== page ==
top of page

Hate vegetables? Read this

It’s not just kids that wrinkle their nose at a plate of green stuff.

Lots of fully-grown adults feel the same—inclined to hide their Brussels sprouts under their seat cushion if no one was watching. I know first hand as many of my clients tell me so!

If that’s you, it’s not a character flaw.

While many vegetables verge on sweet (like carrots, peas, beets), others have dominant bitter tones (think: kale, endives, rapini, and yep, Brussels sprouts).

Most animals—including humans—have a natural aversion to bitter flavors.

And some have a stronger aversion than others. 

About a quarter of people are “supertasters”—folks who are extremely sensitive to all flavors, including bitter compounds in many vegetables. 

So if you’ve never liked vegetables, and actually, just prefer bland foods overall (pass the buttered noodles, please)...

You might be a supertaster.

Or maybe you just haven’t eaten vegetables prepared in a way that appeals to you… yet.

Or maybe you don't realize what the bitter taste does for your body. Bitter foods help get our digestive system going so that we can digest easier and maximize nutrient absorption. And bitter compounds include all of the polyphenols and antioxidants that are amazing for our health!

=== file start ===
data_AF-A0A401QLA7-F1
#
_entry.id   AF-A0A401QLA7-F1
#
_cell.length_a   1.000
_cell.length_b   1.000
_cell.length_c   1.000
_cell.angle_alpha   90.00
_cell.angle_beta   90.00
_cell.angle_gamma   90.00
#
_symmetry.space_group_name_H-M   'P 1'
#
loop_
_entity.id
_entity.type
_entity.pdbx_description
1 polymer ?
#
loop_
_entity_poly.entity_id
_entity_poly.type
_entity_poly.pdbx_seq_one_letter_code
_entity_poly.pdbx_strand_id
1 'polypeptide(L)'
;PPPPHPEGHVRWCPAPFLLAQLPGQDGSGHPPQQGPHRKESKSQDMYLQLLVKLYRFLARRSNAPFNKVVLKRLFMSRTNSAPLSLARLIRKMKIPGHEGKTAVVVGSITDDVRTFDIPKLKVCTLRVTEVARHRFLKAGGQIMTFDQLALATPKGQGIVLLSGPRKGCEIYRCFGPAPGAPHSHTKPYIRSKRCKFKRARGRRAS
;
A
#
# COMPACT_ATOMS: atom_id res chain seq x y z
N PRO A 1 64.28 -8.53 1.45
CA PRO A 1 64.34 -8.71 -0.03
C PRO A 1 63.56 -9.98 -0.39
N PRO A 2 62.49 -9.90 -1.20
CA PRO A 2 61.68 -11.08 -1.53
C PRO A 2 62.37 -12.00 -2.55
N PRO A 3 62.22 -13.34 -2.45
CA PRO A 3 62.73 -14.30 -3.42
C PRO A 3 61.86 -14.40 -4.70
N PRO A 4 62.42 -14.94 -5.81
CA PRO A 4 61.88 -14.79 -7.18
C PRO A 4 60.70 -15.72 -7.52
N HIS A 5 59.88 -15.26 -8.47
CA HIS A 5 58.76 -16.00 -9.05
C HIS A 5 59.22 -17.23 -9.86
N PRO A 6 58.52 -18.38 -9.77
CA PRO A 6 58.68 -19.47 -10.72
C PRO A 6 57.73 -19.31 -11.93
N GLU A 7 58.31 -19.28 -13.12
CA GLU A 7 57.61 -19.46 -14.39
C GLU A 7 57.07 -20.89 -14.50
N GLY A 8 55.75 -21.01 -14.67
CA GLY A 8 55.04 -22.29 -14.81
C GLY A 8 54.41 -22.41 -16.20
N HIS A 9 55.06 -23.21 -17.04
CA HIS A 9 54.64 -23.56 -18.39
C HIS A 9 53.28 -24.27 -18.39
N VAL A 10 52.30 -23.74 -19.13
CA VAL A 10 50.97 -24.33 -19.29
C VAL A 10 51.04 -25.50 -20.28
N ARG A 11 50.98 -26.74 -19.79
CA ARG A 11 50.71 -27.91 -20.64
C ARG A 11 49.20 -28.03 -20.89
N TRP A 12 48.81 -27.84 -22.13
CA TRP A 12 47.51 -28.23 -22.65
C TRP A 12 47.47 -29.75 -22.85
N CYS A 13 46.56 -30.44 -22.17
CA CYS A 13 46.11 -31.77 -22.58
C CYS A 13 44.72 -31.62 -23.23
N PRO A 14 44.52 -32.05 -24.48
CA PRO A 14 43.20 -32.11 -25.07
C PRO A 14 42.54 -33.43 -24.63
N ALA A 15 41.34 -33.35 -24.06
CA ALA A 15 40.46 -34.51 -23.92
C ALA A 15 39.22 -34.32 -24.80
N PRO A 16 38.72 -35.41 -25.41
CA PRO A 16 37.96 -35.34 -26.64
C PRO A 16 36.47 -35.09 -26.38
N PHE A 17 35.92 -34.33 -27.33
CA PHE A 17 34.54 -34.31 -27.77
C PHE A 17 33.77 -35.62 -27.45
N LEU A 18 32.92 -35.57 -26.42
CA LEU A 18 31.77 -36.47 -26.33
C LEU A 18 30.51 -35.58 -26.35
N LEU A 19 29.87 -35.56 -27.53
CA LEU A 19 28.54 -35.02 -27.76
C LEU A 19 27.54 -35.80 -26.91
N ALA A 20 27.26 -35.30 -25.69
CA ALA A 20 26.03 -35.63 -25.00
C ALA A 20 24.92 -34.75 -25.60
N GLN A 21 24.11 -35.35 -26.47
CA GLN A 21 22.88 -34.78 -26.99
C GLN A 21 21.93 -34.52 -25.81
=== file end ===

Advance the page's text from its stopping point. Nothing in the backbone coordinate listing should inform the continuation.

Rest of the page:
If you want to eat more veggies (because of all the health benefits they offer) but you’re also like, “I’d rather eat a sock,” try this three-step game plan. 

1️⃣ Challenge

Hit up a grocery store with a decent produce selection, or a restaurant with some unique plant-based dishes, and pick a vegetable you normally wouldn’t eat.

Maybe you haven’t tried a certain veggie since you were eight years old.

Or maybe you’ve just never tried a [insert new-to-you vegetable here].

Eat it and see what happens. (It’s an experiment!)

Even if you don’t love your first experience, try to stay open-minded: Research suggests we may need to try new foods many times before we learn to like them. 

(You might surprise yourself though.)

2️⃣ Complement

Combine vegetables with other foods to harmonize (or at least tone down) those bitter flavors.

Toss some Brussels sprouts to the roasting pan with your sweet potatoes. (Some people who despise steamed broccoli love roasted broccoli.) 

Mix spinach into your chicken dish. Add spice, herbs, lemon juice, or a good quality vinegar.

3️⃣ Cushion

Certain flavors can magically turn the bitter volume down.

Sweet and fatty flavors, especially, can interfere with your brain’s perception of bitterness. 

Excellent cushions include honey, maple syrup, olive oil, toasted nuts or seeds, and butter. 

Here are a few sample combos for inspo:

  • Kale with tahini and lemon juice

  • Radicchio with goat cheese, peppers, and honey

  • Asparagus with garlic, feta, avocado, and lemon

  • Brussels sprouts with bacon and onions

  • Broccoli with balsamic vinegar and olive oil

  • Endive with mirin and walnuts

Not everyone needs to eat the same way.

But most people benefit from eating a variety of plants, regularly.

Try different things, and find a list of vegetables that:

✅ You digest well

✅ You can afford and access

✅ Align with your culture’s and/or family’s preferences and traditions, if that’s meaningful to you

✅ You find reasonably delicious (prepared in the right way)

Your vegetable team is out there. 

If you are looking for professional support to dive deeper into your specific biochemistry, I'm here to help! Check out my program here or fill out my application here!

41 views0 comments


bottom of page